Down Goes Hurston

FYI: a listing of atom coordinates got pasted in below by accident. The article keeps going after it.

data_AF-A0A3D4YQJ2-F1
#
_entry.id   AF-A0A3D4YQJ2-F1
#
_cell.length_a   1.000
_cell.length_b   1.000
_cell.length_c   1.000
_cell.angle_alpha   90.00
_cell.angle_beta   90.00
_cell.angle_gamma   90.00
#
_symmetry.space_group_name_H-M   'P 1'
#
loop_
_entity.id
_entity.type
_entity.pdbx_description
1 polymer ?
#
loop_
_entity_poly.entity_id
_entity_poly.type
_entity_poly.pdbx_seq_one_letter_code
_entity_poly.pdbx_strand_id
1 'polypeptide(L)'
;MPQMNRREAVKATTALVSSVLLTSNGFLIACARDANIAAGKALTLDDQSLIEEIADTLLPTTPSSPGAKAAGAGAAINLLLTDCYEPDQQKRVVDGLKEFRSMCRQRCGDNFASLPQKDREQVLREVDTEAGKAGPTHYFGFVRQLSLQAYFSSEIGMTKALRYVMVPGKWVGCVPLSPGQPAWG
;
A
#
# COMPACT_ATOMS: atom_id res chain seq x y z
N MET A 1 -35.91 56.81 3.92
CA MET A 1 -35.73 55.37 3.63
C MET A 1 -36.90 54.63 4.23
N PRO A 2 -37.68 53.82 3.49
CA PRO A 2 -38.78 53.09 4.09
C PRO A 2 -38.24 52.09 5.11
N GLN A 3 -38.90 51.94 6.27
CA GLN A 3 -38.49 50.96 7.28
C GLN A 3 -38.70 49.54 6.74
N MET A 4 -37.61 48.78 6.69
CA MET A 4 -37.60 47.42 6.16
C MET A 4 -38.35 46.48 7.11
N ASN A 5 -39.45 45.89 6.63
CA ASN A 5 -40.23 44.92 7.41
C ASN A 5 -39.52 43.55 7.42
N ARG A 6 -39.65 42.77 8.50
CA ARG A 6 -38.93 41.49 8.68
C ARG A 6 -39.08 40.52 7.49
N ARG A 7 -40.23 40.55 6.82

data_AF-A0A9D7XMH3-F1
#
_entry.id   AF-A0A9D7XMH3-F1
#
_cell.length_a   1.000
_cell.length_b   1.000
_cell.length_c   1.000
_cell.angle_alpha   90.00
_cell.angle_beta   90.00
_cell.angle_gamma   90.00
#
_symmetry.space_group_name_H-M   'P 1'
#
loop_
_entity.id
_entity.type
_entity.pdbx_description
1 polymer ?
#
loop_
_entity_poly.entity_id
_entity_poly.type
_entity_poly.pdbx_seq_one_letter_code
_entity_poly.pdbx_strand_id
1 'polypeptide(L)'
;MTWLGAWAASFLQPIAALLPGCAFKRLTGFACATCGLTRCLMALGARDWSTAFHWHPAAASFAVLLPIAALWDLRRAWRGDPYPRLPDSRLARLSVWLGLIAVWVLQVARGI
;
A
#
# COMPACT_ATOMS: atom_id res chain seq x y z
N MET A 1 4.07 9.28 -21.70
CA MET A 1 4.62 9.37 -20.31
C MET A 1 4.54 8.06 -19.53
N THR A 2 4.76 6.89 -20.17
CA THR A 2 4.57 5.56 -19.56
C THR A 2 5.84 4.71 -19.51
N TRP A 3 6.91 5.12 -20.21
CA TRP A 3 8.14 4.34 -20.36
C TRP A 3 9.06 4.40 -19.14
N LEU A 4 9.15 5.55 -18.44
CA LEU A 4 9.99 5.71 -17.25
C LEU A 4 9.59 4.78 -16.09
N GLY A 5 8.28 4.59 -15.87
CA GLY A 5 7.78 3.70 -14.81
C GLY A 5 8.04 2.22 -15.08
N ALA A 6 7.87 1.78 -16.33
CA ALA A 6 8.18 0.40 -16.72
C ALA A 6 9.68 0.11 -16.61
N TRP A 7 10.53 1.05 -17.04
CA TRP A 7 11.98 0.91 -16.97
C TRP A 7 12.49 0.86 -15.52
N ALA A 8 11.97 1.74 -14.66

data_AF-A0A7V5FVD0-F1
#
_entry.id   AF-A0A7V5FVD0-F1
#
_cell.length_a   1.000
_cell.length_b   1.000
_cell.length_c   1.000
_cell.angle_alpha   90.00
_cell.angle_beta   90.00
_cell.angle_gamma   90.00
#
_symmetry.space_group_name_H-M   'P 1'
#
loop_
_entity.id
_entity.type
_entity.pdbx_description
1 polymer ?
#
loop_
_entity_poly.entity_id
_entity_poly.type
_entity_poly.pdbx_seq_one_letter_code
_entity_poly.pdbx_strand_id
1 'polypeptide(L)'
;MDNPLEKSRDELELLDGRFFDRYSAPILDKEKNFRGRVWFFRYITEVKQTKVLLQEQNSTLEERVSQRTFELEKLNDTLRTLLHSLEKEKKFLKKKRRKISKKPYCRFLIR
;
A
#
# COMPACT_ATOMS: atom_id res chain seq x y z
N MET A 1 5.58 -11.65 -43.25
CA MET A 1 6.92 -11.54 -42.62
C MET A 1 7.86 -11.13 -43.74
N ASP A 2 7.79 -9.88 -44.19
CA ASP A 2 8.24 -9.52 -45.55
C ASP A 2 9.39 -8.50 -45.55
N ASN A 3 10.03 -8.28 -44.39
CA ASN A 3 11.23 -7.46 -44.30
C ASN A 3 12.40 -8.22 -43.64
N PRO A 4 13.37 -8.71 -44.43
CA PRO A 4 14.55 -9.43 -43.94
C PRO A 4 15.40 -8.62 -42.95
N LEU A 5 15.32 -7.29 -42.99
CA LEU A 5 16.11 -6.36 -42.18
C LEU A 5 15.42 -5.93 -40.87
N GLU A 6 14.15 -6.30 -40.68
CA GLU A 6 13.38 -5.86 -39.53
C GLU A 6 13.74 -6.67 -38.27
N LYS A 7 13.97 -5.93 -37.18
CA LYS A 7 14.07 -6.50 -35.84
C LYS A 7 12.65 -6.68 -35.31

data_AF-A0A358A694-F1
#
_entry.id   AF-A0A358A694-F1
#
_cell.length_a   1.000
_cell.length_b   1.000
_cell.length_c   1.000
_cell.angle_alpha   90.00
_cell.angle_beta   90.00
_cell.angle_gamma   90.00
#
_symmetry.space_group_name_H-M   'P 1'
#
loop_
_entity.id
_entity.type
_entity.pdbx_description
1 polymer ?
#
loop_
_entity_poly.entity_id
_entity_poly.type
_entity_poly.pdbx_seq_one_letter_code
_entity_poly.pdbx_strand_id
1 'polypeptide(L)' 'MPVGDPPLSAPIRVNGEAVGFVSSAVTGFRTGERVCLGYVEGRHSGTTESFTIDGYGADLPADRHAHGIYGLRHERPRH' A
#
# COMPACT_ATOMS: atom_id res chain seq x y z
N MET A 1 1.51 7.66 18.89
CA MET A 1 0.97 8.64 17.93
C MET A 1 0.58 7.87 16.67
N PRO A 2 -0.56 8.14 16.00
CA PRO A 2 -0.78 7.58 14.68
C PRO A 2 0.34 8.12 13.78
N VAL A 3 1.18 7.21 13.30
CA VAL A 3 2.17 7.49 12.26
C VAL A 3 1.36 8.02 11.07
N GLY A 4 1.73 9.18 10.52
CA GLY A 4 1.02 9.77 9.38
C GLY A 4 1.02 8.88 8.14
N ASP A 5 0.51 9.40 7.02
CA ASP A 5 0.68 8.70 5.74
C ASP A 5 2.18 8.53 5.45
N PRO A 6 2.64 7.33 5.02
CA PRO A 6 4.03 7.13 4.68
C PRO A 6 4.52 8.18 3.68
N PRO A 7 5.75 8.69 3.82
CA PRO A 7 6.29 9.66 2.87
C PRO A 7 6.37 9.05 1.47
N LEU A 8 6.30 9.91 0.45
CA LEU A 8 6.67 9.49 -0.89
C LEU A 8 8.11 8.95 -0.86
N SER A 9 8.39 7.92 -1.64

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Down Goes Hurston The Harlem Renaissance of the 1920’s is a great time for black artists; it is a rebirth of art, music, books and poetry. In Zora Neale Hurston’s novel Their Eyes Were Watching God Janie, the protagonist, is treated kindly for a black women. She does not go through the torment of black culture during that era or the previous eras. Throughout the book Hurston "fibs" about racial oppression. Janie gets respect by the white people she encounters. Hurston makes the reader imagine that African-American life is easygoing. Richard Write’s critique of Their Eyes Were Watching God is accurate and therefore, the book should not be included in the Harlem Renaissance. Hurston breaks several of the themes of the Harlem Renaissance. One in particular is to make other Americans aware of the African-American experience. Richard Write states, "Their eyes, as a novel, exploits those quaint aspects of Negro life that satisfied the tastes of a white audience. It did for literature what the minstrel show did for theater, that is, made white folks laugh"(1). Write, as a critic, fulfills his duty to critique literature truthfully. In Hurston’s novel she rarely states anything about the reality of the South at that time. ‘"Brothers and sisters, since us can’t never expect tuh better our choice, Ah move dat we make Brother Starks our Mayor until we can see further"’(40). In this passage Hurston uses a soft pleasant type of diction. In that south at the time, people were not accepted into towns if they were new to the area. Jody, Janie’s second husband, takes charge and becomes the mayor. The people in the novel respect Jodie and Janie. Being a black man and also the mayor seems a little strange for the South. Most white people of the South dislike black people because most black people are thought to be only "slaves" even though slavery was abolished. Towards the end of the novel Janie is on trial for the murder of Tea Cake, who is Janie’s third husband. ‘"We find the death of Vergible Woods to be entirely accidental and justifiable, and that no blame should rest upon the defendant Janie Woods"’(179). Janie is found not guilty for the murder of her husband. The reader thinks that Janie is really lucky. She is, but in history books black people are always guilty in every singl... ... middle of paper ... ...hat Hurston refuses to state the truth about life is, ‘"But Nanny, Ah wants to want him sometimes. Ah don’t want him to do all de wanting"’(22). In this quote Hurston tries to tell the reader that Janie can love and cherish someone, and someone can treasure and love Janie back. Janie has a lot more to worry about than loving somebody. She has to learn the value of her life. Most blacks of Janie’s time get treated badly. Janie is a very lucky person. She is on the top of the world she does not go through the harsh environment that her fellow brothers and sisters go through. Hurston breaks the three most important rules of the Harlem Renaissance: to protest racial oppression, to make other Americans aware of the African-American experience, and to define and exalt the African-American heritage experience. Hurston takes no time to include these three major themes of the rebirth. Janie is treated like a white woman of the time. Hurston does not include any evidence of racial oppression. She makes black life seem comfortable and pleasant. All of this adds up to a potent argument and that is why Their Eyes Were Watching God should be exiled from the Harlem Renaissance.
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